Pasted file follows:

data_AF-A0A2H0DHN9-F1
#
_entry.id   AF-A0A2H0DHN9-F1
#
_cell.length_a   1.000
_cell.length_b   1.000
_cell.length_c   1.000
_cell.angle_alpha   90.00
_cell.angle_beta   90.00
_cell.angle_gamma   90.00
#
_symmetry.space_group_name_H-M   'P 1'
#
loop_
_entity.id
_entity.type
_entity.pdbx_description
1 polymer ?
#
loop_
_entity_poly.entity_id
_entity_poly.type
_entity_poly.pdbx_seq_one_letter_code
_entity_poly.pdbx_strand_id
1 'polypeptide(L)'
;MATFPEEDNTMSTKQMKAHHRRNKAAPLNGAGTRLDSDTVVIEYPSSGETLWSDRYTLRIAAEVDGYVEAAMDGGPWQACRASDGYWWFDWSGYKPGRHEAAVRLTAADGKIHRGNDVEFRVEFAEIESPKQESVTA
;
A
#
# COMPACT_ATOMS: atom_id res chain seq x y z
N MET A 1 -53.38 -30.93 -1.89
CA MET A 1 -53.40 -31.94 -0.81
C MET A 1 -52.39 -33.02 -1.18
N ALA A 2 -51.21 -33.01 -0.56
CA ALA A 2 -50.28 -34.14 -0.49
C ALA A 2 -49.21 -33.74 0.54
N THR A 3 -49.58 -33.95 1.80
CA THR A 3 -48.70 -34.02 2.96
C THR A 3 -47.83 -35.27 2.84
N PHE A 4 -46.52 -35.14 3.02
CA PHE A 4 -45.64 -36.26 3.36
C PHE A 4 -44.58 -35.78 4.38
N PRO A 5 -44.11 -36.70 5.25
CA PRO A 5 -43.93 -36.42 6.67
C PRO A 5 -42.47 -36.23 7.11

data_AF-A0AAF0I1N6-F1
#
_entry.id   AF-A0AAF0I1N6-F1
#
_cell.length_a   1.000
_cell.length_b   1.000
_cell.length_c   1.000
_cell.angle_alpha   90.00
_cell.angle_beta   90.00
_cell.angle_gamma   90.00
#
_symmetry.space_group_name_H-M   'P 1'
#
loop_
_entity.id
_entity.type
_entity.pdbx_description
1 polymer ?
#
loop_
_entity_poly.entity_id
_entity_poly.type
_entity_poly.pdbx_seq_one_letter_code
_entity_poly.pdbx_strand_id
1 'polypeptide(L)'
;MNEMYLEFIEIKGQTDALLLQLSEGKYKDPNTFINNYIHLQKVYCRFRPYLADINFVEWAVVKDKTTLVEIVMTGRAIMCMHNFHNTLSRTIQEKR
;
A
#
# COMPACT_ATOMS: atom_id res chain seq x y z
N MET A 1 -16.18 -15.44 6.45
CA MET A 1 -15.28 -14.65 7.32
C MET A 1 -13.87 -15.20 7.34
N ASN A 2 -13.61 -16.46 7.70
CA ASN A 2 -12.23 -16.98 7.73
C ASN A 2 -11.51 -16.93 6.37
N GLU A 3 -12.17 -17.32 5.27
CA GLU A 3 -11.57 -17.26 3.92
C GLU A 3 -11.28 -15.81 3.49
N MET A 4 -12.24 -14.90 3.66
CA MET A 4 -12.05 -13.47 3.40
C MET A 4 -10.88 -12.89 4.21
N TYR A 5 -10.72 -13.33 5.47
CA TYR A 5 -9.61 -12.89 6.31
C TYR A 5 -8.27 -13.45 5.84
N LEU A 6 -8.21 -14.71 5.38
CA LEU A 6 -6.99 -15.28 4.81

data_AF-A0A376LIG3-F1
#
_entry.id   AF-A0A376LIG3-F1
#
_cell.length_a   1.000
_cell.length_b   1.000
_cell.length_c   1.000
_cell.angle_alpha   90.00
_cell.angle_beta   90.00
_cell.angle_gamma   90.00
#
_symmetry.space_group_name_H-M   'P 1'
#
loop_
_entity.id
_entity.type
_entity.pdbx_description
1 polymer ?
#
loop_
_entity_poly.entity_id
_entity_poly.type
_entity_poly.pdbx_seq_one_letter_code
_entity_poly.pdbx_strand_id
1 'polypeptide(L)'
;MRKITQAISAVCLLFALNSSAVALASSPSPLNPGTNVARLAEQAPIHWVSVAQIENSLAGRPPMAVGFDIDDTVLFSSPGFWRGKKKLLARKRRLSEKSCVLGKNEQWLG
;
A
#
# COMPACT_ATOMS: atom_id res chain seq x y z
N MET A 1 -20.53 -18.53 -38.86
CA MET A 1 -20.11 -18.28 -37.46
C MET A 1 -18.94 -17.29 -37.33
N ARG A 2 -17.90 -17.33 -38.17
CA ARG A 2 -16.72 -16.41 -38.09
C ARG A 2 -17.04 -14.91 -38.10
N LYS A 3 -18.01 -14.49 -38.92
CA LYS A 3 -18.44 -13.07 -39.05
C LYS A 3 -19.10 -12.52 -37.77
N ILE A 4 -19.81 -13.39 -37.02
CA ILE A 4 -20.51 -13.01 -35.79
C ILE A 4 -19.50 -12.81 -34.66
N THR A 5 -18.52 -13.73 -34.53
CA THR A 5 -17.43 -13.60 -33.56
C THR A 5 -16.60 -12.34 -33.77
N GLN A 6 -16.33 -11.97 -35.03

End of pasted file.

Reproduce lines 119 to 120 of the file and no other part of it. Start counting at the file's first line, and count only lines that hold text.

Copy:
;
A